CBS is the most-watched network on television.

But some folks out there are growing increasingly concerned about just what viewers are watching on The Eye these days.

Or, to be more specific, about just WHO viewers are watching.

cbs guys

For the second year in a row, CBS presented a group of new shows at its Upfront Presentation in New York City this week that was lacking in two departments:

1. Diversity.

2. Boobs.

Indeed, there are six new dramas and sitcoms on the network’s 2017-2018 schedule and five are led by a white male, while the sixth is led by an African-American male.

The new programs and their top-billed stars are:

  • SEAL Team, David Boreanaz
  •  S.W.A.T., Shemar Moore
  • Wisdom of the Crowd, Jeremy Piven
  • 9JKL, Mark Feuerstein
  • Me, Myself & I, Bobby Moynihan 
  • Young Sheldon, Iain Armitage

What the heck, CBS? Where’s the diversity?!?

David Boreanaz on CBS

On Wednesday morning, a reporter asked CBS President Les Moonves whether it was really a sound strategy to not have a single female lead among his new crop of programs.

“We saw this with you guys last year,” the reporter asked, adding:

“Are you concerned, particularly in a medium like television where women watch more than men, that you have such a male-centered [lineup]?”

It’s true.

These were the faces at the forefront of CBS’ new shows a year ago:

cbs fellas

Replied Moonves:

“Well, number one, more women watch CBS, percentage-wise, than any other network, so our shows have a lot of female appeal.

“I don’t think we’ve ever had to apologize for having Madam Secretary and Lucy Liu [on Elementary], and The Good Fight [on CBS All Access] and The Good Wife.

“We do a number of pilots, a lot of them have women in starring roles. There are a lot of women on the schedule. The best pilots win at the end of the day.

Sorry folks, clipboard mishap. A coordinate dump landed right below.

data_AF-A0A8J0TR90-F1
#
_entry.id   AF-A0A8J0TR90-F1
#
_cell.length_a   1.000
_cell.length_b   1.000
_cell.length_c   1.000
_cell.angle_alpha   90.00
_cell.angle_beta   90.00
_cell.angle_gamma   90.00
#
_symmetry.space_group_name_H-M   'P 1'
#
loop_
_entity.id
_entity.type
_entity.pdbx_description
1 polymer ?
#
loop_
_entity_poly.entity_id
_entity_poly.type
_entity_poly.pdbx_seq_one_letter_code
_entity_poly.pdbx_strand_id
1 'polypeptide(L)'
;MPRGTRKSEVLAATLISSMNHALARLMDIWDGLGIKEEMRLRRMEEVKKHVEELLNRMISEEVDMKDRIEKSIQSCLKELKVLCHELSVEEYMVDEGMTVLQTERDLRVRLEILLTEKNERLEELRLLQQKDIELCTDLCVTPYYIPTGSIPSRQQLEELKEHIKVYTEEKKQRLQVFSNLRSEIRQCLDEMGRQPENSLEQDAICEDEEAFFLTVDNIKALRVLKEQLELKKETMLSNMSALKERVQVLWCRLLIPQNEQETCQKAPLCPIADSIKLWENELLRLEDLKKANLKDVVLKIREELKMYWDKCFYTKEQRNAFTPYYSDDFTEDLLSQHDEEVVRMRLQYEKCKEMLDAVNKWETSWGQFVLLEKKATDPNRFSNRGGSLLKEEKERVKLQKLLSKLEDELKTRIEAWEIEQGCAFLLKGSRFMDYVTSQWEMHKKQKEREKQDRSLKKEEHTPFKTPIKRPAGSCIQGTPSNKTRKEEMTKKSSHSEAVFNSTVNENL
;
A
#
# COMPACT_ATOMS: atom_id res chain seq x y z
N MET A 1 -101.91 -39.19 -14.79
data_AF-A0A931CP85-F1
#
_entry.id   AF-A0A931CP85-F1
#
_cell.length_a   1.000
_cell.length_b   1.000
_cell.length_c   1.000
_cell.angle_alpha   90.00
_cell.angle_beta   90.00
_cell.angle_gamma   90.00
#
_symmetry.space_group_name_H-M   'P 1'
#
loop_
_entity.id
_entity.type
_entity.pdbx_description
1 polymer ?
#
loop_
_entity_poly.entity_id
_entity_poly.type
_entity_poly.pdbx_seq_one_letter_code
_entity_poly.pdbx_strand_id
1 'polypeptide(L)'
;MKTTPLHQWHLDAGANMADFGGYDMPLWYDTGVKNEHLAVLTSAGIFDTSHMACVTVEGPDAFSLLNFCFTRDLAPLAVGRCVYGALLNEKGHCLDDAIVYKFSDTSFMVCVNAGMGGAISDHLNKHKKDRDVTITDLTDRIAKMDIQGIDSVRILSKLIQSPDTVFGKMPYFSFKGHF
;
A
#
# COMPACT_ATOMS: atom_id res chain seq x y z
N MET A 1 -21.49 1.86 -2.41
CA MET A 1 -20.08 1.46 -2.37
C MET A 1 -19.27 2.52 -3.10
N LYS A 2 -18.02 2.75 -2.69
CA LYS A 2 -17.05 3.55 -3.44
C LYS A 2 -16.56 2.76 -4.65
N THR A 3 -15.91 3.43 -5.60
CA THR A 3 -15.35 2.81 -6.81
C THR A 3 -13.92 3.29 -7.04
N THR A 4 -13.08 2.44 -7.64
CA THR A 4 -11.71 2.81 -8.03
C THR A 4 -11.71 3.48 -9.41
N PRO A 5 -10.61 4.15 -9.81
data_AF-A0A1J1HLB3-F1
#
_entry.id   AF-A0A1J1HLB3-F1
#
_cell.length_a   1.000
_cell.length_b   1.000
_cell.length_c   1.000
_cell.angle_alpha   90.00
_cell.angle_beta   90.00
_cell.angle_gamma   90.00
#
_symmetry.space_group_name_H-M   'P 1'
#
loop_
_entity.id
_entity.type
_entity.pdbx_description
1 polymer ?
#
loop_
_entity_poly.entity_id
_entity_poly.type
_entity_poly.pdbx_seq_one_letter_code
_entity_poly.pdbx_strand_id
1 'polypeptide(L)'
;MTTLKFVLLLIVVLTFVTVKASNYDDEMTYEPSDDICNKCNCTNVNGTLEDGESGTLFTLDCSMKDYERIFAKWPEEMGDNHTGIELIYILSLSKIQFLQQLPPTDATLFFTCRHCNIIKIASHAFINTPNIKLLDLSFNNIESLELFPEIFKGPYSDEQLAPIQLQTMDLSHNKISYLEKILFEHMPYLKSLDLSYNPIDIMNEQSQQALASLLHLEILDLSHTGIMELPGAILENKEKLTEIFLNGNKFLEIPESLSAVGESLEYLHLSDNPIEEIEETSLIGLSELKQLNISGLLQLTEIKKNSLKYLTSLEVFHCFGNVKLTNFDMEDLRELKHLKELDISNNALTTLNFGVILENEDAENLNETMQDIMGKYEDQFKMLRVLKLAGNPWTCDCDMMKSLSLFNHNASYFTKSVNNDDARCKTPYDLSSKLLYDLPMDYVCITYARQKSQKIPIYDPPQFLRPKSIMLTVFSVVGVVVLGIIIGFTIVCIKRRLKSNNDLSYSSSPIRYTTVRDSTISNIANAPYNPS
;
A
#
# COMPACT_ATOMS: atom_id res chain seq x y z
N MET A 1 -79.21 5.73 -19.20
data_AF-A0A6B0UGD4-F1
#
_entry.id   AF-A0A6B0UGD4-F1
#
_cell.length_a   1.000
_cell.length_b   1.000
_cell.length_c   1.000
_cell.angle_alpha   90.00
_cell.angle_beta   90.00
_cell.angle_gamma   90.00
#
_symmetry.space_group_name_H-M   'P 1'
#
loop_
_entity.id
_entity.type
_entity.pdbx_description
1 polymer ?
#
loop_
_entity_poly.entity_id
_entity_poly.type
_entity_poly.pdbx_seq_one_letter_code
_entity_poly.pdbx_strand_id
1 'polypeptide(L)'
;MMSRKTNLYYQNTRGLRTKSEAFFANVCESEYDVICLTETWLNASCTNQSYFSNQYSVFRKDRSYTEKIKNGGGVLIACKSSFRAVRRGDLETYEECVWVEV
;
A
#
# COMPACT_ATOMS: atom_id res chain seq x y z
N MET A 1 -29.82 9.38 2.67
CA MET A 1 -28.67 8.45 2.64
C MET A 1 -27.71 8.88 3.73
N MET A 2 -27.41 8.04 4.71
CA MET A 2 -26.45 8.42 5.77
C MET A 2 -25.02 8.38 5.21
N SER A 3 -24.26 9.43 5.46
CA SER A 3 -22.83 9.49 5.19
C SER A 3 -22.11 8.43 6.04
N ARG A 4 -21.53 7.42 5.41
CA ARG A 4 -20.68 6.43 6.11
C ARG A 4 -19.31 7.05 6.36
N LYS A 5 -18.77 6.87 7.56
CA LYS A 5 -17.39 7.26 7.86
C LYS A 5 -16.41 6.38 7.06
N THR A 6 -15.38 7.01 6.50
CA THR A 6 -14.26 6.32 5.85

“And we think our track record is okay.”

As we said, CBS is the most-watched network on television.

So this issue begs the question of whether it has a social responsibility to be more diverse…

… or whether the viewing public should shoulder some blame because, hey, they’re the ones tuning in to CBS in droves. What’s a network to do when it’s obviously fulfilling its goals of putting appealing shows on the air?

Jeremy Piven for CBS

But this reporter pressed on.

“We’re at this point in the industry — FX, for example, is trying to make sure half its directors are female. It seems like you guys might be facing in the wrong direction?” she asked.

“I don’t think that’s the case,” Moonves shot back.

He then elaborated as follows:

“Let me put on my CEO hat for a second because I’m not the president of entertainment. When I look at the totality of what CBS is, I look at news, I look at daytime, I look at sports, I look at Showtime, I look at The CW.

“And when you look at the totality of that, I think we’re fine in terms of the amount of women who are behind the camera and in front of the camera. I think we’re doing a very good job.

“I don’t think we’re looking in the wrong direction, on the contrary.”

Bobby Moynihan for CBS

What do you think of this controversy?

Is it much ado about nothing?

Does a television network have a social responsibility of some kind? Or do they actually have a responsibility to shareholders, which means they should only focus on programs that are popular… and no network does a better job of that than CBS.

Tough questions.

Discuss!